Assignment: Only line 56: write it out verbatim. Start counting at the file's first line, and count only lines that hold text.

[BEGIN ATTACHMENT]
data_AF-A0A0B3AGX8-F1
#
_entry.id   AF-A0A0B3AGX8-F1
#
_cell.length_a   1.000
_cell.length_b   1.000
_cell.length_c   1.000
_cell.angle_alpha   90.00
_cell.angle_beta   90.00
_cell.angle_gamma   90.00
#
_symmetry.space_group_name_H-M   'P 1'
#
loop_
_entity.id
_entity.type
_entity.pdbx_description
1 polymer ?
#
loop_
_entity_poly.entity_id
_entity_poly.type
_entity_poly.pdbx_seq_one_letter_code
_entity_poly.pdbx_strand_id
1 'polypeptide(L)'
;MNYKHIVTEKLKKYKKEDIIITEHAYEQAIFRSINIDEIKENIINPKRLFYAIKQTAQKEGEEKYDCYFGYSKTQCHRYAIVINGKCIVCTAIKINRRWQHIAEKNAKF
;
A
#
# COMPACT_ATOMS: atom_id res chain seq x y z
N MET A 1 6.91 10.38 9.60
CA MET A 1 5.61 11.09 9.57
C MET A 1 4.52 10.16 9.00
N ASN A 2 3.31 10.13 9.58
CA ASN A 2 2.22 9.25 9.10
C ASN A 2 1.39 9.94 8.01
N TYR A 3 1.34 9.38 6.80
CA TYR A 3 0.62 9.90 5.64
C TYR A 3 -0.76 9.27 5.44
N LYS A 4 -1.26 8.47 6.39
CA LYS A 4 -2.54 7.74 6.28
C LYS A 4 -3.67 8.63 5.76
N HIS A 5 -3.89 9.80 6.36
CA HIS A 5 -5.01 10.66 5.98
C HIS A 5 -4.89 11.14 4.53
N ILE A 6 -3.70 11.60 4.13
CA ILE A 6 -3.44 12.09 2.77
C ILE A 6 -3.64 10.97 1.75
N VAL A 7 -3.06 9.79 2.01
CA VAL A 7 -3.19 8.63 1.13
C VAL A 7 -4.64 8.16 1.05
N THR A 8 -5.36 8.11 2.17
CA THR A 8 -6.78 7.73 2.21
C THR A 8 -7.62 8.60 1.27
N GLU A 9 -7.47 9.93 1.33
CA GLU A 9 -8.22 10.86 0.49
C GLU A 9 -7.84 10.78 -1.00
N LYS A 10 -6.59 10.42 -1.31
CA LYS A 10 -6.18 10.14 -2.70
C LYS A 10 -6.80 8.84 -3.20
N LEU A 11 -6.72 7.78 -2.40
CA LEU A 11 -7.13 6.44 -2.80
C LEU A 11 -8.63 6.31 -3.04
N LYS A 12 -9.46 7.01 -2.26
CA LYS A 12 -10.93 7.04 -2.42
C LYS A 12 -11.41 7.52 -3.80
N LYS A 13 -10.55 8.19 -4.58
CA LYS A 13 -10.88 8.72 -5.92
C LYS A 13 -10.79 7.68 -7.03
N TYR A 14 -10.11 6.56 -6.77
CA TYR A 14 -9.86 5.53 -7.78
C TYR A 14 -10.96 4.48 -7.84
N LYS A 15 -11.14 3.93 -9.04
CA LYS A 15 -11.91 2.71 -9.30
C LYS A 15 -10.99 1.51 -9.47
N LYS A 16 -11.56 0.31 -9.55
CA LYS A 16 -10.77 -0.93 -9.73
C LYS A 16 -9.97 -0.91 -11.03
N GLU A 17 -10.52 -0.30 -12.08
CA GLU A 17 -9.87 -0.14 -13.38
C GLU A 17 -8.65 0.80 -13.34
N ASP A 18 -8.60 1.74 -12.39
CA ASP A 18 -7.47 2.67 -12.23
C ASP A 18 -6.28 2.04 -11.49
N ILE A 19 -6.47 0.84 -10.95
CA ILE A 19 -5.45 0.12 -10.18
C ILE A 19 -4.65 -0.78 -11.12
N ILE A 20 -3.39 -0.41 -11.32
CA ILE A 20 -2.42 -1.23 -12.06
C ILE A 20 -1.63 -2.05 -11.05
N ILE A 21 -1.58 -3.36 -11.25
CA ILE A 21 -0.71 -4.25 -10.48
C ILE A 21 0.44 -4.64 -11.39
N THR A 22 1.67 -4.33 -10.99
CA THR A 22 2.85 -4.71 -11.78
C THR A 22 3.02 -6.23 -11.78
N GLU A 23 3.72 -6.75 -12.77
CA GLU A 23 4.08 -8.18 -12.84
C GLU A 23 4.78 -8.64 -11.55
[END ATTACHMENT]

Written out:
CA GLU A 9 -8.22 10.86 0.49